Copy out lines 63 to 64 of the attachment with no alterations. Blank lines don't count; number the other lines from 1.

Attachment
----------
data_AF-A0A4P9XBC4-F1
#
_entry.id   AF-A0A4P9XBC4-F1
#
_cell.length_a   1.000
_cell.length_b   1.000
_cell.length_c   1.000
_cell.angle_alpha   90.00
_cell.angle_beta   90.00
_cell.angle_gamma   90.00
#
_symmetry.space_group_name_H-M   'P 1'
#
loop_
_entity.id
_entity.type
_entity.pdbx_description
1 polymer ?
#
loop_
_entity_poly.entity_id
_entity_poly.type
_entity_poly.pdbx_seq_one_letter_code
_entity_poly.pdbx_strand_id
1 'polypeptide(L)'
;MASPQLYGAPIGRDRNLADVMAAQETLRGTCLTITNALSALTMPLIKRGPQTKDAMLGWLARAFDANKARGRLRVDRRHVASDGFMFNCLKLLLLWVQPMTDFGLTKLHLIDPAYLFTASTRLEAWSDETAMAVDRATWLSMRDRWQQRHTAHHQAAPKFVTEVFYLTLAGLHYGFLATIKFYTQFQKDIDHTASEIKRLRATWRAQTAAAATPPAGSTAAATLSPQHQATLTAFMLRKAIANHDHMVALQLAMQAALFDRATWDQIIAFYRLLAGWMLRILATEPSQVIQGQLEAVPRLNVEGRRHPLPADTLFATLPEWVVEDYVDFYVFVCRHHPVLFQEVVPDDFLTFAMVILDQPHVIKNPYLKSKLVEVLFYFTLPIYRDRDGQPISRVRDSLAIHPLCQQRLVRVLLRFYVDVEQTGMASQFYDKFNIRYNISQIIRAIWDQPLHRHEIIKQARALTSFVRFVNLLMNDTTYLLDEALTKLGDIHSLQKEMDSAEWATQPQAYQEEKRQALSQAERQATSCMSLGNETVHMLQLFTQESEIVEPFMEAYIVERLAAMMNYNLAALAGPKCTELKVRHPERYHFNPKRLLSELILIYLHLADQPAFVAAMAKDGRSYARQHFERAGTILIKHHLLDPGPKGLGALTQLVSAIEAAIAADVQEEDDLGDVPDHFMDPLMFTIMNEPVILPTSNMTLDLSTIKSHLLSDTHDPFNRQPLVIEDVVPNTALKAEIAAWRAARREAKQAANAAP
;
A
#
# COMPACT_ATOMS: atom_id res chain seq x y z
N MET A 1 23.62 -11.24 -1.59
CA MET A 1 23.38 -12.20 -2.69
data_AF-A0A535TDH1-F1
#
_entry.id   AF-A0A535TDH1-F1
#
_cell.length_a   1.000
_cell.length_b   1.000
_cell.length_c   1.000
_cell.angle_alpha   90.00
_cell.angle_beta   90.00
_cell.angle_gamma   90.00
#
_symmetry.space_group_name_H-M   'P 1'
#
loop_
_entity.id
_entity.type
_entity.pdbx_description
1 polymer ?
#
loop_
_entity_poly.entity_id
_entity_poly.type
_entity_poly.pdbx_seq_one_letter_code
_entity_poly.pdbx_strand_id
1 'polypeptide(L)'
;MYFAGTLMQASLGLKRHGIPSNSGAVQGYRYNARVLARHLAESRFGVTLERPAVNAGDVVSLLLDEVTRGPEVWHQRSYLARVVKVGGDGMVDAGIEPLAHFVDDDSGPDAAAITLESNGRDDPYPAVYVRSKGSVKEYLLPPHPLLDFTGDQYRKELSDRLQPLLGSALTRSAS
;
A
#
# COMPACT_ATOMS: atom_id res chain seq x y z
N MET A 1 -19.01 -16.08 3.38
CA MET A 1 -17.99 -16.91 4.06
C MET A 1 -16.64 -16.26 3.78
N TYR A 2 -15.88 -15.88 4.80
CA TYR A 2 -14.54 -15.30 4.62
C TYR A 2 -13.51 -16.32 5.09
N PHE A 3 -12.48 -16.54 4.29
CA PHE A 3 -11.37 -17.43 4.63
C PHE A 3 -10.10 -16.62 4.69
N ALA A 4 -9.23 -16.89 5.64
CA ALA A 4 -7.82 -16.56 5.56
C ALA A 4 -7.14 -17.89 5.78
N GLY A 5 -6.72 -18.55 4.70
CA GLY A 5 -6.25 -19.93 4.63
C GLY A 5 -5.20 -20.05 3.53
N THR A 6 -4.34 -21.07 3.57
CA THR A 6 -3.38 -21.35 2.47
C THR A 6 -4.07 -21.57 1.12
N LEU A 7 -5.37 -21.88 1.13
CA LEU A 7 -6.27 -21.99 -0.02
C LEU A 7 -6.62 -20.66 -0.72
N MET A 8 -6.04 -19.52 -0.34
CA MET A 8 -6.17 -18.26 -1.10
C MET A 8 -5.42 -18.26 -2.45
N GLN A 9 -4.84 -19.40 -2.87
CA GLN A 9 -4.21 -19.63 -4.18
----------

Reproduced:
N MET A 1 -19.01 -16.08 3.38
CA MET A 1 -17.99 -16.91 4.06